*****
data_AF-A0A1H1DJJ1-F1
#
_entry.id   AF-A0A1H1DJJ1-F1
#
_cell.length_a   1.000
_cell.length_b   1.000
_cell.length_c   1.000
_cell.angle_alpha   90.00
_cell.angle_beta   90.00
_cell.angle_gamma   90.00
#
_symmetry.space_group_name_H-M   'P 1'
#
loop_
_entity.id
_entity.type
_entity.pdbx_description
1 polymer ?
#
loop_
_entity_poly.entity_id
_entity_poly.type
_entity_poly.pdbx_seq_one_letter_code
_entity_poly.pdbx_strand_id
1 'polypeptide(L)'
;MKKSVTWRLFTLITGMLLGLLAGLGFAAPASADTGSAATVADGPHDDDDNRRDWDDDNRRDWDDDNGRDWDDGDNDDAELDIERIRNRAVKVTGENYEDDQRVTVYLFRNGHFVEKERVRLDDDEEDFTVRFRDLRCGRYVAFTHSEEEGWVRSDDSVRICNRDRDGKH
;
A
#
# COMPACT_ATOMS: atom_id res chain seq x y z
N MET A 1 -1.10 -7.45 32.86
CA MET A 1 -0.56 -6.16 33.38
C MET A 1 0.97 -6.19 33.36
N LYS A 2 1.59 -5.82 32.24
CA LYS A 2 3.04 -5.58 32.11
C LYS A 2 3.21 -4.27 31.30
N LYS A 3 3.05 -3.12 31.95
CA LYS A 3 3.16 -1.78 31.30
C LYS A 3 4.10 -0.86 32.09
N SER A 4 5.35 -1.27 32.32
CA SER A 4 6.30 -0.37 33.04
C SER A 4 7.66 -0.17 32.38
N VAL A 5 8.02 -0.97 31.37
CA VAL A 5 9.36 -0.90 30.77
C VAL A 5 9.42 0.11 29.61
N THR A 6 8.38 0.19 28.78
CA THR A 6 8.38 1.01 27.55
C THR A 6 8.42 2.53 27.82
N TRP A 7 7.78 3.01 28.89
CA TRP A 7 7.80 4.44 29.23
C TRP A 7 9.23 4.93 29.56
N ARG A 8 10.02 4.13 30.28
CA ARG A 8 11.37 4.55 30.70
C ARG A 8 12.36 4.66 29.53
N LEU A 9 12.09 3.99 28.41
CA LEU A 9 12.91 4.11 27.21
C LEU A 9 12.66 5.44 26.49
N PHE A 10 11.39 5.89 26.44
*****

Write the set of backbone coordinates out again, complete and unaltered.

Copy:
data_AF-A0A1H1DJJ1-F1
#
_entry.id   AF-A0A1H1DJJ1-F1
#
_cell.length_a   1.000
_cell.length_b   1.000
_cell.length_c   1.000
_cell.angle_alpha   90.00
_cell.angle_beta   90.00
_cell.angle_gamma   90.00
#
_symmetry.space_group_name_H-M   'P 1'
#
loop_
_entity.id
_entity.type
_entity.pdbx_description
1 polymer ?
#
loop_
_entity_poly.entity_id
_entity_poly.type
_entity_poly.pdbx_seq_one_letter_code
_entity_poly.pdbx_strand_id
1 'polypeptide(L)'
;MKKSVTWRLFTLITGMLLGLLAGLGFAAPASADTGSAATVADGPHDDDDNRRDWDDDNRRDWDDDNGRDWDDGDNDDAELDIERIRNRAVKVTGENYEDDQRVTVYLFRNGHFVEKERVRLDDDEEDFTVRFRDLRCGRYVAFTHSEEEGWVRSDDSVRICNRDRDGKH
;
A
#
# COMPACT_ATOMS: atom_id res chain seq x y z
N MET A 1 -1.10 -7.45 32.86
CA MET A 1 -0.56 -6.16 33.38
C MET A 1 0.97 -6.19 33.36
N LYS A 2 1.59 -5.82 32.24
CA LYS A 2 3.04 -5.58 32.11
C LYS A 2 3.21 -4.27 31.30
N LYS A 3 3.05 -3.12 31.95
CA LYS A 3 3.16 -1.78 31.30
C LYS A 3 4.10 -0.86 32.09
N SER A 4 5.35 -1.27 32.32
CA SER A 4 6.30 -0.37 33.04
C SER A 4 7.66 -0.17 32.38
N VAL A 5 8.02 -0.97 31.37
CA VAL A 5 9.36 -0.90 30.77
C VAL A 5 9.42 0.11 29.61
N THR A 6 8.38 0.19 28.78
CA THR A 6 8.38 1.01 27.55
C THR A 6 8.42 2.53 27.82
N TRP A 7 7.78 3.01 28.89
CA TRP A 7 7.80 4.44 29.23
C TRP A 7 9.23 4.93 29.56
N ARG A 8 10.02 4.13 30.28
CA ARG A 8 11.37 4.55 30.70
C ARG A 8 12.36 4.66 29.53
N LEU A 9 12.09 3.99 28.41
CA LEU A 9 12.91 4.11 27.21
C LEU A 9 12.66 5.44 26.49
N PHE A 10 11.39 5.89 26.44